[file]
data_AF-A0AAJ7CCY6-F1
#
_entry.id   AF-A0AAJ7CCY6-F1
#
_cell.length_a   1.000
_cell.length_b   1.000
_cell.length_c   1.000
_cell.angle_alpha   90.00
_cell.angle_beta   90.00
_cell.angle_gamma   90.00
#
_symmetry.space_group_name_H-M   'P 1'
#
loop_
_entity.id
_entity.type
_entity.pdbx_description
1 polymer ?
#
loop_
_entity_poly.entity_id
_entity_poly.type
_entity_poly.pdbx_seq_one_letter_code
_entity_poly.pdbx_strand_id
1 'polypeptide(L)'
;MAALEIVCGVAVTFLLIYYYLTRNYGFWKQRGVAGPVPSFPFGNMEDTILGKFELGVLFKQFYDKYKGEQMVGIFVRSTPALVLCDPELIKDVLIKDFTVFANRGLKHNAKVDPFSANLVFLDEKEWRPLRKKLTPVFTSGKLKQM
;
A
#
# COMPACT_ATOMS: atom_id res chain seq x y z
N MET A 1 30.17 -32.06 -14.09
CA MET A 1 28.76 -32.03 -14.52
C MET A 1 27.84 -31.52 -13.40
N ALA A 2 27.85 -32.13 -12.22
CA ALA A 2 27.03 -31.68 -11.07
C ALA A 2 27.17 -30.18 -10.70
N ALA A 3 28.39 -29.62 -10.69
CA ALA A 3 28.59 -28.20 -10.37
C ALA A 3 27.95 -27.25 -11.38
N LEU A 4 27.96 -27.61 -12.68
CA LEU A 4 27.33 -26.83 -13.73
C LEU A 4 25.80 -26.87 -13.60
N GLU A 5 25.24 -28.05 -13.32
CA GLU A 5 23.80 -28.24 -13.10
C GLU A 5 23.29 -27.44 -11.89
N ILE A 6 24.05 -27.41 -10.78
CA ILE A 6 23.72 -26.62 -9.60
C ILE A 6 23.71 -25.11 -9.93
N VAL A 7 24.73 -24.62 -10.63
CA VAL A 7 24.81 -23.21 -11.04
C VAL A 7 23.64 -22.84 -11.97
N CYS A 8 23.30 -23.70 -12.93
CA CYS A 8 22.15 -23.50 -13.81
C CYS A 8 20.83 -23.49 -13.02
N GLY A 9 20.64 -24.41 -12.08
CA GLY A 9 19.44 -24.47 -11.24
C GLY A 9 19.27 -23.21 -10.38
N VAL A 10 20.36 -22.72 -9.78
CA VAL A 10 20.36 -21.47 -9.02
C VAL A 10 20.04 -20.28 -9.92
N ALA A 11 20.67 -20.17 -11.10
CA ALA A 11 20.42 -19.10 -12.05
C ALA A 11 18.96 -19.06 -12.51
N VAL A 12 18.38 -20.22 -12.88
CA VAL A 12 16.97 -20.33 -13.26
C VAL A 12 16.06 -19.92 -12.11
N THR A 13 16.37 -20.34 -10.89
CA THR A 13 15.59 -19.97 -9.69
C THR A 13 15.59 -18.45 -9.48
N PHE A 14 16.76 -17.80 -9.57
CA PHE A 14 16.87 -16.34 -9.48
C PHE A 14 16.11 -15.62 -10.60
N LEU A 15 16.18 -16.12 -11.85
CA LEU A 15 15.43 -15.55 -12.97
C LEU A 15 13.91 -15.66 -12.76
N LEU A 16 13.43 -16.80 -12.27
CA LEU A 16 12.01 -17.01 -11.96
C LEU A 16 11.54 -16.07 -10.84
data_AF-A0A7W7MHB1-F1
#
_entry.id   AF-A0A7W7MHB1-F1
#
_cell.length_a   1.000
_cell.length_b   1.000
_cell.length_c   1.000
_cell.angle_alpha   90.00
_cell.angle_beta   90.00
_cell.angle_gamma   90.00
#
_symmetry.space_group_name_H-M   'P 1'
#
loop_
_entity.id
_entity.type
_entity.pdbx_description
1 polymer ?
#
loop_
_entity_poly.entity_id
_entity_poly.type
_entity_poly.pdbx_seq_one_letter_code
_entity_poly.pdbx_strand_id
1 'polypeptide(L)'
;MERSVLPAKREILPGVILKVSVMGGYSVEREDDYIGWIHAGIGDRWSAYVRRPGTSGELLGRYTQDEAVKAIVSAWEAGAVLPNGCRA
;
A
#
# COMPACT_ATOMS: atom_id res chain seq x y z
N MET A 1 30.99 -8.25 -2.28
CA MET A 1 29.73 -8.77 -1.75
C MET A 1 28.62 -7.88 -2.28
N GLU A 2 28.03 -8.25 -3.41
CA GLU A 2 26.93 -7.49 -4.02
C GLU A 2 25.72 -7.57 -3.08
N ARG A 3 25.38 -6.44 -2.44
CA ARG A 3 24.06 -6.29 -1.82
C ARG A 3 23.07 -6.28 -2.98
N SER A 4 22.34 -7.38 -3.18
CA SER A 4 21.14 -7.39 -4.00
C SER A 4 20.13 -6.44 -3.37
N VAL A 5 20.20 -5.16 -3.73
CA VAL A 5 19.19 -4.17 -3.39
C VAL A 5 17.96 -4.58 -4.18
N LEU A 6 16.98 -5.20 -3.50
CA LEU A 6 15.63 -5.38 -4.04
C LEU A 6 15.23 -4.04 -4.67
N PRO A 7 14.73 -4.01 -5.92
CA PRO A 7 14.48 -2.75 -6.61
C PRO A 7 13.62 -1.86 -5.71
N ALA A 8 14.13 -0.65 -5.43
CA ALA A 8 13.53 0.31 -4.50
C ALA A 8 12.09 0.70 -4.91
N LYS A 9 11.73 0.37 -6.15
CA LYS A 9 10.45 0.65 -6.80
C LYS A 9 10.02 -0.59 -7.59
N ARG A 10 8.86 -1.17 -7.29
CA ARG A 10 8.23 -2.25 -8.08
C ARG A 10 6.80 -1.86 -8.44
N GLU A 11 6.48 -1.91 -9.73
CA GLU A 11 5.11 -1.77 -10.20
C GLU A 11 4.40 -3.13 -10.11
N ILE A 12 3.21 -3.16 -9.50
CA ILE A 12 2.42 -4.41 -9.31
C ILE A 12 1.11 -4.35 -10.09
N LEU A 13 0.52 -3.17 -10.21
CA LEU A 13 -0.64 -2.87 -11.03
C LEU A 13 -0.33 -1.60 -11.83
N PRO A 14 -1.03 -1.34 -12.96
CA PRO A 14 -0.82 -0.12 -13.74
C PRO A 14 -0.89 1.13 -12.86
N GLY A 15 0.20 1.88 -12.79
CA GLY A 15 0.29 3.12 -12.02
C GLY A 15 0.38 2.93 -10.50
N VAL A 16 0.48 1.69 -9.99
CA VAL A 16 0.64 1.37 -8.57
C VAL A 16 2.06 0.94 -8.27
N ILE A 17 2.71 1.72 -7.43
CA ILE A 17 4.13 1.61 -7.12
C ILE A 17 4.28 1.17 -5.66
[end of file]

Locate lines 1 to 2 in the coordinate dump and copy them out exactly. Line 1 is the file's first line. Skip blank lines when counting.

data_AF-A0AAJ7CCY6-F1
#